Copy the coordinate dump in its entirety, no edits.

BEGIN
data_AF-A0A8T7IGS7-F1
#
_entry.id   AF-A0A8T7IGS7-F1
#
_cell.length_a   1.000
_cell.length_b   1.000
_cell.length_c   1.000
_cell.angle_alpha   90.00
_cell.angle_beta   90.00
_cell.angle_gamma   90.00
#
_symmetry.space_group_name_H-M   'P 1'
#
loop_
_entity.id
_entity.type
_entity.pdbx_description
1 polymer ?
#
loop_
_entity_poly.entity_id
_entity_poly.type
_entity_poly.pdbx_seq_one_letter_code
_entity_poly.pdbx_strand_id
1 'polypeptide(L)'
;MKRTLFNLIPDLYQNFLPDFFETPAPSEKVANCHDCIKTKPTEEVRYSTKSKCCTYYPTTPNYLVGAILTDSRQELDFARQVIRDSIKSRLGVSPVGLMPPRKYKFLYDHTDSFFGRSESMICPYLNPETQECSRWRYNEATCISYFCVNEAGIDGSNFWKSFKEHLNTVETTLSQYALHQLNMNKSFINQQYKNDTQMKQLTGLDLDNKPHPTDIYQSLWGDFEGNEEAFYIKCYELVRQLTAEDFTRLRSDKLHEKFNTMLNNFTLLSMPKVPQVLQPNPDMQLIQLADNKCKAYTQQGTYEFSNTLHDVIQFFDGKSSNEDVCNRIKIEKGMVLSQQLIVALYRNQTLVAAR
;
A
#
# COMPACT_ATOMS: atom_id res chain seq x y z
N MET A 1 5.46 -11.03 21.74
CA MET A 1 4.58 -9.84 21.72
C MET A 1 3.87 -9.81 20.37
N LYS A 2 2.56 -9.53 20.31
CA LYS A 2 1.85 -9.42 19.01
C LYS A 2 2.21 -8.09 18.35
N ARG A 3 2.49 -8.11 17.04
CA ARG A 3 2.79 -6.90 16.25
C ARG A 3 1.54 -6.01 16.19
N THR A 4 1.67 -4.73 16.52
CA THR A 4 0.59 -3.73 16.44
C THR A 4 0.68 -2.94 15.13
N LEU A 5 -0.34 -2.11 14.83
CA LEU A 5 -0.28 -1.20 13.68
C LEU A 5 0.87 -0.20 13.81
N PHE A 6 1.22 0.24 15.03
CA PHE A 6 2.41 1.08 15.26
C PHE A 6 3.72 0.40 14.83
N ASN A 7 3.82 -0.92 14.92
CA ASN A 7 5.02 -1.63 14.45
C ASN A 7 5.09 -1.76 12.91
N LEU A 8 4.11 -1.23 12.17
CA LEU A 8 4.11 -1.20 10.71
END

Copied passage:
data_AF-A0A8T7IGS7-F1
#
_entry.id   AF-A0A8T7IGS7-F1
#
_cell.length_a   1.000
_cell.length_b   1.000
_cell.length_c   1.000
_cell.angle_alpha   90.00
_cell.angle_beta   90.00
_cell.angle_gamma   90.00
#
_symmetry.space_group_name_H-M   'P 1'
#
loop_
_entity.id
_entity.type
_entity.pdbx_description
1 polymer ?
#
loop_
_entity_poly.entity_id
_entity_poly.type
_entity_poly.pdbx_seq_one_letter_code
_entity_poly.pdbx_strand_id
1 'polypeptide(L)'
;MKRTLFNLIPDLYQNFLPDFFETPAPSEKVANCHDCIKTKPTEEVRYSTKSKCCTYYPTTPNYLVGAILTDSRQELDFARQVIRDSIKSRLGVSPVGLMPPRKYKFLYDHTDSFFGRSESMICPYLNPETQECSRWRYNEATCISYFCVNEAGIDGSNFWKSFKEHLNTVETTLSQYALHQLNMNKSFINQQYKNDTQMKQLTGLDLDNKPHPTDIYQSLWGDFEGNEEAFYIKCYELVRQLTAEDFTRLRSDKLHEKFNTMLNNFTLLSMPKVPQVLQPNPDMQLIQLADNKCKAYTQQGTYEFSNTLHDVIQFFDGKSSNEDVCNRIKIEKGMVLSQQLIVALYRNQTLVAAR
;
A
#
# COMPACT_ATOMS: atom_id res chain seq x y z
N MET A 1 5.46 -11.03 21.74
CA MET A 1 4.58 -9.84 21.72
C MET A 1 3.87 -9.81 20.37
N LYS A 2 2.56 -9.53 20.31
CA LYS A 2 1.85 -9.42 19.01
C LYS A 2 2.21 -8.09 18.35
N ARG A 3 2.49 -8.11 17.04
CA ARG A 3 2.79 -6.90 16.25
C ARG A 3 1.54 -6.01 16.19
N THR A 4 1.67 -4.73 16.52
CA THR A 4 0.59 -3.73 16.44
C THR A 4 0.68 -2.94 15.13
N LEU A 5 -0.34 -2.11 14.83
CA LEU A 5 -0.28 -1.20 13.68
C LEU A 5 0.87 -0.20 13.81
N PHE A 6 1.22 0.24 15.03
CA PHE A 6 2.41 1.08 15.26
C PHE A 6 3.72 0.40 14.83
N ASN A 7 3.82 -0.92 14.92
CA ASN A 7 5.02 -1.63 14.45
C ASN A 7 5.09 -1.76 12.91
N LEU A 8 4.11 -1.23 12.17
CA LEU A 8 4.11 -1.20 10.71